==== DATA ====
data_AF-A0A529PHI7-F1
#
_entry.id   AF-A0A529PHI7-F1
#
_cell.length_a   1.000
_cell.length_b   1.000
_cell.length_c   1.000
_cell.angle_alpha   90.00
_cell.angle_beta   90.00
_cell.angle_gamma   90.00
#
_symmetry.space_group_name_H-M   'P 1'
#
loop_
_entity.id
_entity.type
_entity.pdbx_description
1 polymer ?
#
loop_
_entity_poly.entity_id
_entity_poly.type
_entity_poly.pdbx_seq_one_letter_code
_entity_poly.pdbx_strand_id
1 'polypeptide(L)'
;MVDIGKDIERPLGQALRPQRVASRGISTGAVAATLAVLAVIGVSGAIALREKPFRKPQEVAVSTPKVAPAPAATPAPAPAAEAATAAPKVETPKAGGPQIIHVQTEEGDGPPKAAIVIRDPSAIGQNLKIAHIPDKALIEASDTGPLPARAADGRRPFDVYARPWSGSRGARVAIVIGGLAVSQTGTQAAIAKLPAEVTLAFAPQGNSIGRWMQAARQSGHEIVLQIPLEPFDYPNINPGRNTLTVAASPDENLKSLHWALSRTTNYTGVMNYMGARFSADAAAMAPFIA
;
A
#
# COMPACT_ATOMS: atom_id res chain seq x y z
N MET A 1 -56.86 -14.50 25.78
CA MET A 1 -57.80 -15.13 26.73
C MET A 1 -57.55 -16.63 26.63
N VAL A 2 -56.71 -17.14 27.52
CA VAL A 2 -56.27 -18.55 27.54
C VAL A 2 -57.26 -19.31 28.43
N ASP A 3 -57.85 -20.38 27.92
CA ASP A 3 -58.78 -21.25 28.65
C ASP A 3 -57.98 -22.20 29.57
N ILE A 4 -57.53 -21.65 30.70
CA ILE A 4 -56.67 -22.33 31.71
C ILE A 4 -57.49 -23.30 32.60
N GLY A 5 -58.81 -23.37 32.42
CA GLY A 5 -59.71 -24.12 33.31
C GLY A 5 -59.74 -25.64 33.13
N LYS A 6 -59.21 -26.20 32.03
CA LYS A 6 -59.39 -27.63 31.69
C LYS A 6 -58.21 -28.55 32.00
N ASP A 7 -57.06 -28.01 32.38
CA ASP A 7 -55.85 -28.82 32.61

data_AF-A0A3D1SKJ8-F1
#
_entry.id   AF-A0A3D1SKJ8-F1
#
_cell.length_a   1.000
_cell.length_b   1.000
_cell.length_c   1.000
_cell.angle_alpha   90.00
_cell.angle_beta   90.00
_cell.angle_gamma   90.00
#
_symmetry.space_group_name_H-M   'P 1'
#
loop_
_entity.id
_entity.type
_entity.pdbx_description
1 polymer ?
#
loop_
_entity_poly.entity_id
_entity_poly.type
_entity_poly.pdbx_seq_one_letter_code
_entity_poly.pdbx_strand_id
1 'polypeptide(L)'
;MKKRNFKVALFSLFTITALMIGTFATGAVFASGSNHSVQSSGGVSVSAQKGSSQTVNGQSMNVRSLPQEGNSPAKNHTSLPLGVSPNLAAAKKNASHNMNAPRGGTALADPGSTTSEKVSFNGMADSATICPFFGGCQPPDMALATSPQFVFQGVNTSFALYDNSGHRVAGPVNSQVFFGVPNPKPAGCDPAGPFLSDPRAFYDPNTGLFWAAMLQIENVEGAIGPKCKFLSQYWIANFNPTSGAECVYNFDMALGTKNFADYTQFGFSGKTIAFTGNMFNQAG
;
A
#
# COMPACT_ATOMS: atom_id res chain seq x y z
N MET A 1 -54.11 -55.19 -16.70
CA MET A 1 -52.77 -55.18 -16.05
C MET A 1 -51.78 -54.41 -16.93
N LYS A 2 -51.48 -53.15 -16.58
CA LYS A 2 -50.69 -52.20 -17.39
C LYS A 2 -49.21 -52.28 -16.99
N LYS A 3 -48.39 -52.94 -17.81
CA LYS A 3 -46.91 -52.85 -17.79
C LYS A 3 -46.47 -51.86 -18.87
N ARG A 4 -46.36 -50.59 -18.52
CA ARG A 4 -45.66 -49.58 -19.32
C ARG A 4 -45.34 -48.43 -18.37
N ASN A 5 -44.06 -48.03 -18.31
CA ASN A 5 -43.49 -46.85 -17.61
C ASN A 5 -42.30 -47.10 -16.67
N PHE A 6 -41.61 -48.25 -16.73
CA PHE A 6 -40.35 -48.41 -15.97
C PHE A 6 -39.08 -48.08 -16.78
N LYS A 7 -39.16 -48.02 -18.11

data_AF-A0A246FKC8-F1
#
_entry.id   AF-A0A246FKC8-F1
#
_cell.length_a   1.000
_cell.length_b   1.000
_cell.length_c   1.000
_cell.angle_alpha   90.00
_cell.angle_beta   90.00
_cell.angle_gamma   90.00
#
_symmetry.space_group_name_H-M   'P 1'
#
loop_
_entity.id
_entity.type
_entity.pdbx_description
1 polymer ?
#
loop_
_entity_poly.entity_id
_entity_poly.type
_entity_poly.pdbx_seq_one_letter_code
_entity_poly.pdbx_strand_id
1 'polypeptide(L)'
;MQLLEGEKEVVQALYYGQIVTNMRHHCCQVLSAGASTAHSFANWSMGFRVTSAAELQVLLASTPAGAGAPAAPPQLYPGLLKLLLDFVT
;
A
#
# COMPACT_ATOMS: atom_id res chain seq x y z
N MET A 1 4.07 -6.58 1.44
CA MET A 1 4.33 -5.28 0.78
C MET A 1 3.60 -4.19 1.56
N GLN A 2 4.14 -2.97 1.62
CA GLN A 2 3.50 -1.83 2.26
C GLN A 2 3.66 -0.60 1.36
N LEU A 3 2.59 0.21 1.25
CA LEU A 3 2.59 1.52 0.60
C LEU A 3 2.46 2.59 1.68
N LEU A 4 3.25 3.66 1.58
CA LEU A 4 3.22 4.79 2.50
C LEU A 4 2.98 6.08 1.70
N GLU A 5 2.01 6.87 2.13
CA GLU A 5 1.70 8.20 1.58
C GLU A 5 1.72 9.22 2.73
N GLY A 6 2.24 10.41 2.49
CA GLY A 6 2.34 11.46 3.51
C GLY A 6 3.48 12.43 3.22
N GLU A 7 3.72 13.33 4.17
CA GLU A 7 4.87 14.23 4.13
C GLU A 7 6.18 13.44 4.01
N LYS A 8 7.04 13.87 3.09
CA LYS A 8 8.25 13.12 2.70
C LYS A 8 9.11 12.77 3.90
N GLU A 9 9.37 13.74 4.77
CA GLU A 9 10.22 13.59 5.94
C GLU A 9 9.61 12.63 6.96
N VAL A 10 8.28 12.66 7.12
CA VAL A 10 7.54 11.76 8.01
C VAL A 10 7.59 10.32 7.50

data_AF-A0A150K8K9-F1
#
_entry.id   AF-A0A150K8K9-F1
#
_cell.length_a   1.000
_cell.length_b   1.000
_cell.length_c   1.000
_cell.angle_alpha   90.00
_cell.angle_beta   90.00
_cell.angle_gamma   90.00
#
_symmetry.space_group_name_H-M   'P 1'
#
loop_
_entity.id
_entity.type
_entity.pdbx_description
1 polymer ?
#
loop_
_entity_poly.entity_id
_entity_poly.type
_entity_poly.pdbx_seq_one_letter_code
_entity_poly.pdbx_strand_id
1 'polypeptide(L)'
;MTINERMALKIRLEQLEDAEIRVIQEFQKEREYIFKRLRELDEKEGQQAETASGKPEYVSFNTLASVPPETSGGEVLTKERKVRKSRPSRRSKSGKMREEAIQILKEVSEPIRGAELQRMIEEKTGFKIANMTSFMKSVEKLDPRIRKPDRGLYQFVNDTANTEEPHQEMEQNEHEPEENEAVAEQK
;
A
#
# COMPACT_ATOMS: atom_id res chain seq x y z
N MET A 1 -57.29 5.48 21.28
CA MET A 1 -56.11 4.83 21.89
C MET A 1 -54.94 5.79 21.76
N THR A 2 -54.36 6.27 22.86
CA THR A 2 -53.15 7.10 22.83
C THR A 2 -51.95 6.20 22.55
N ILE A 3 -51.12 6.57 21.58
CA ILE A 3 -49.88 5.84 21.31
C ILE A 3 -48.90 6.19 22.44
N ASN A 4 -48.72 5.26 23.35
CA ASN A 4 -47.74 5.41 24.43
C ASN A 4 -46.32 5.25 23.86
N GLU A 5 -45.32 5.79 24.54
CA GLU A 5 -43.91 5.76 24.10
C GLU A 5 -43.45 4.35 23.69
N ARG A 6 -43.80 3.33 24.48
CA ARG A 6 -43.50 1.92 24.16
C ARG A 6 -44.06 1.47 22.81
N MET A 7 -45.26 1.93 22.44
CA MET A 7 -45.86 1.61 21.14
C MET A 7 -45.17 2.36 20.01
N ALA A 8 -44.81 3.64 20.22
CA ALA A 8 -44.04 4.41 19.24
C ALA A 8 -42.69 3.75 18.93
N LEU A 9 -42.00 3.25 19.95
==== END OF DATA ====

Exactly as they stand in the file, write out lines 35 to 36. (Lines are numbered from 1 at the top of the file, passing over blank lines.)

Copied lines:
CA VAL A 2 -56.27 -18.55 27.54
C VAL A 2 -57.26 -19.31 28.43